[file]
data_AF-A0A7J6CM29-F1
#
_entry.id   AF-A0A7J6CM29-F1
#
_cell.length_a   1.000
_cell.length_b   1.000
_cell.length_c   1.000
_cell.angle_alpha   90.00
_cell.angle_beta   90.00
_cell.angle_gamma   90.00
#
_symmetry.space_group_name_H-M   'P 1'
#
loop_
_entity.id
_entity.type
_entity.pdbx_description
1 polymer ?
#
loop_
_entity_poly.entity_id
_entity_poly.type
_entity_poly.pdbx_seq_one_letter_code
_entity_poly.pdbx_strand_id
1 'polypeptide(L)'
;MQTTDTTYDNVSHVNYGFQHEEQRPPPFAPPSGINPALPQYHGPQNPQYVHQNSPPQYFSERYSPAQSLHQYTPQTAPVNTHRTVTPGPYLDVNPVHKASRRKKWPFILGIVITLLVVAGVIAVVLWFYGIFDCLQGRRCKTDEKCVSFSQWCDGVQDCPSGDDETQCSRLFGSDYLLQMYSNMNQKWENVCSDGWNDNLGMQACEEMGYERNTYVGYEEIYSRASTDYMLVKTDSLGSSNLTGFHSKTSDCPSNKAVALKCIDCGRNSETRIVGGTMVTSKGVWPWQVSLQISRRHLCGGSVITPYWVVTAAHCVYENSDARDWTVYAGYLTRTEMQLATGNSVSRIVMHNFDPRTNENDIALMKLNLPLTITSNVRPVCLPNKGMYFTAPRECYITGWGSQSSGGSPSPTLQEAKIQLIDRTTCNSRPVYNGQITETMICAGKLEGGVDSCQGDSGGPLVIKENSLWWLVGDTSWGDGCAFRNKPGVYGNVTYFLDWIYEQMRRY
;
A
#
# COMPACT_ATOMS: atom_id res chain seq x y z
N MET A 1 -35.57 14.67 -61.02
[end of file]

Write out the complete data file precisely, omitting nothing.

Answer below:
data_AF-A0A7J6CM29-F1
#
_entry.id   AF-A0A7J6CM29-F1
#
_cell.length_a   1.000
_cell.length_b   1.000
_cell.length_c   1.000
_cell.angle_alpha   90.00
_cell.angle_beta   90.00
_cell.angle_gamma   90.00
#
_symmetry.space_group_name_H-M   'P 1'
#
loop_
_entity.id
_entity.type
_entity.pdbx_description
1 polymer ?
#
loop_
_entity_poly.entity_id
_entity_poly.type
_entity_poly.pdbx_seq_one_letter_code
_entity_poly.pdbx_strand_id
1 'polypeptide(L)'
;MQTTDTTYDNVSHVNYGFQHEEQRPPPFAPPSGINPALPQYHGPQNPQYVHQNSPPQYFSERYSPAQSLHQYTPQTAPVNTHRTVTPGPYLDVNPVHKASRRKKWPFILGIVITLLVVAGVIAVVLWFYGIFDCLQGRRCKTDEKCVSFSQWCDGVQDCPSGDDETQCSRLFGSDYLLQMYSNMNQKWENVCSDGWNDNLGMQACEEMGYERNTYVGYEEIYSRASTDYMLVKTDSLGSSNLTGFHSKTSDCPSNKAVALKCIDCGRNSETRIVGGTMVTSKGVWPWQVSLQISRRHLCGGSVITPYWVVTAAHCVYENSDARDWTVYAGYLTRTEMQLATGNSVSRIVMHNFDPRTNENDIALMKLNLPLTITSNVRPVCLPNKGMYFTAPRECYITGWGSQSSGGSPSPTLQEAKIQLIDRTTCNSRPVYNGQITETMICAGKLEGGVDSCQGDSGGPLVIKENSLWWLVGDTSWGDGCAFRNKPGVYGNVTYFLDWIYEQMRRY
;
A
#
# COMPACT_ATOMS: atom_id res chain seq x y z
N MET A 1 -35.57 14.67 -61.02